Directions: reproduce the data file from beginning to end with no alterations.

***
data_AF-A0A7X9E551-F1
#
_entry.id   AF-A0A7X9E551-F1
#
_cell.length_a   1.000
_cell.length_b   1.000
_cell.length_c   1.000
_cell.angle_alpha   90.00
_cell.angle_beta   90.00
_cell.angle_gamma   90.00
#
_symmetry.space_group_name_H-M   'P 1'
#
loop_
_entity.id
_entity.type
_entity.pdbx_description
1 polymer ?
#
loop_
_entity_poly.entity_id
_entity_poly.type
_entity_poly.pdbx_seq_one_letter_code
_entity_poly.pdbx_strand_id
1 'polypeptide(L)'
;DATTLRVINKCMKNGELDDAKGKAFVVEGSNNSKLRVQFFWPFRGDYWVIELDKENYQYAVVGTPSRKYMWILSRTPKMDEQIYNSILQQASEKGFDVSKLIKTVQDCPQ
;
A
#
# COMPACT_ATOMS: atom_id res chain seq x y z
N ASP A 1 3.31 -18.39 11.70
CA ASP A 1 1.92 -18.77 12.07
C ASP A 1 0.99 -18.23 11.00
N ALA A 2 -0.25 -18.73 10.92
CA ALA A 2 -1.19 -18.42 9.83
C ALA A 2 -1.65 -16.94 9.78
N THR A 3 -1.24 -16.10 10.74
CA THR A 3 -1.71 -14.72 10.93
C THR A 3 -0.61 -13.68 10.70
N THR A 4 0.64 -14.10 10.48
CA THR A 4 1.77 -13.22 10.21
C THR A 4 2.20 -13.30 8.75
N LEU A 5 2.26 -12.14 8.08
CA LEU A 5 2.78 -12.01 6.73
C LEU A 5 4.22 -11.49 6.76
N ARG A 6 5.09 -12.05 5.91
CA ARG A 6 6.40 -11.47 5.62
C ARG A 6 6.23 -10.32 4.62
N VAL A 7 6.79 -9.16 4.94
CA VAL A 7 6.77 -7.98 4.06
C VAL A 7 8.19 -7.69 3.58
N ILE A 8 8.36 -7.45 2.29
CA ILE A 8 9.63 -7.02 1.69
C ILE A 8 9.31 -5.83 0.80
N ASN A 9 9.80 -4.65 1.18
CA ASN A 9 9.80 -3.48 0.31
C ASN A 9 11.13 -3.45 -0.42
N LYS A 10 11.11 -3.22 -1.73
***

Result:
data_AF-A0A7X9E551-F1
#
_entry.id   AF-A0A7X9E551-F1
#
_cell.length_a   1.000
_cell.length_b   1.000
_cell.length_c   1.000
_cell.angle_alpha   90.00
_cell.angle_beta   90.00
_cell.angle_gamma   90.00
#
_symmetry.space_group_name_H-M   'P 1'
#
loop_
_entity.id
_entity.type
_entity.pdbx_description
1 polymer ?
#
loop_
_entity_poly.entity_id
_entity_poly.type
_entity_poly.pdbx_seq_one_letter_code
_entity_poly.pdbx_strand_id
1 'polypeptide(L)'
;DATTLRVINKCMKNGELDDAKGKAFVVEGSNNSKLRVQFFWPFRGDYWVIELDKENYQYAVVGTPSRKYMWILSRTPKMDEQIYNSILQQASEKGFDVSKLIKTVQDCPQ
;
A
#
# COMPACT_ATOMS: atom_id res chain seq x y z
N ASP A 1 3.31 -18.39 11.70
CA ASP A 1 1.92 -18.77 12.07
C ASP A 1 0.99 -18.23 11.00
N ALA A 2 -0.25 -18.73 10.92
CA ALA A 2 -1.19 -18.42 9.83
C ALA A 2 -1.65 -16.94 9.78
N THR A 3 -1.24 -16.10 10.74
CA THR A 3 -1.71 -14.72 10.93
C THR A 3 -0.61 -13.68 10.70
N THR A 4 0.64 -14.10 10.48
CA THR A 4 1.77 -13.22 10.21
C THR A 4 2.20 -13.30 8.75
N LEU A 5 2.26 -12.14 8.08
CA LEU A 5 2.78 -12.01 6.73
C LEU A 5 4.22 -11.49 6.76
N ARG A 6 5.09 -12.05 5.91
CA ARG A 6 6.40 -11.47 5.62
C ARG A 6 6.23 -10.32 4.62
N VAL A 7 6.79 -9.16 4.94
CA VAL A 7 6.77 -7.98 4.06
C VAL A 7 8.19 -7.69 3.58
N ILE A 8 8.36 -7.45 2.29
CA ILE A 8 9.63 -7.02 1.69
C ILE A 8 9.31 -5.83 0.80
N ASN A 9 9.80 -4.65 1.18
CA ASN A 9 9.80 -3.48 0.31
C ASN A 9 11.13 -3.45 -0.42
N LYS A 10 11.11 -3.22 -1.73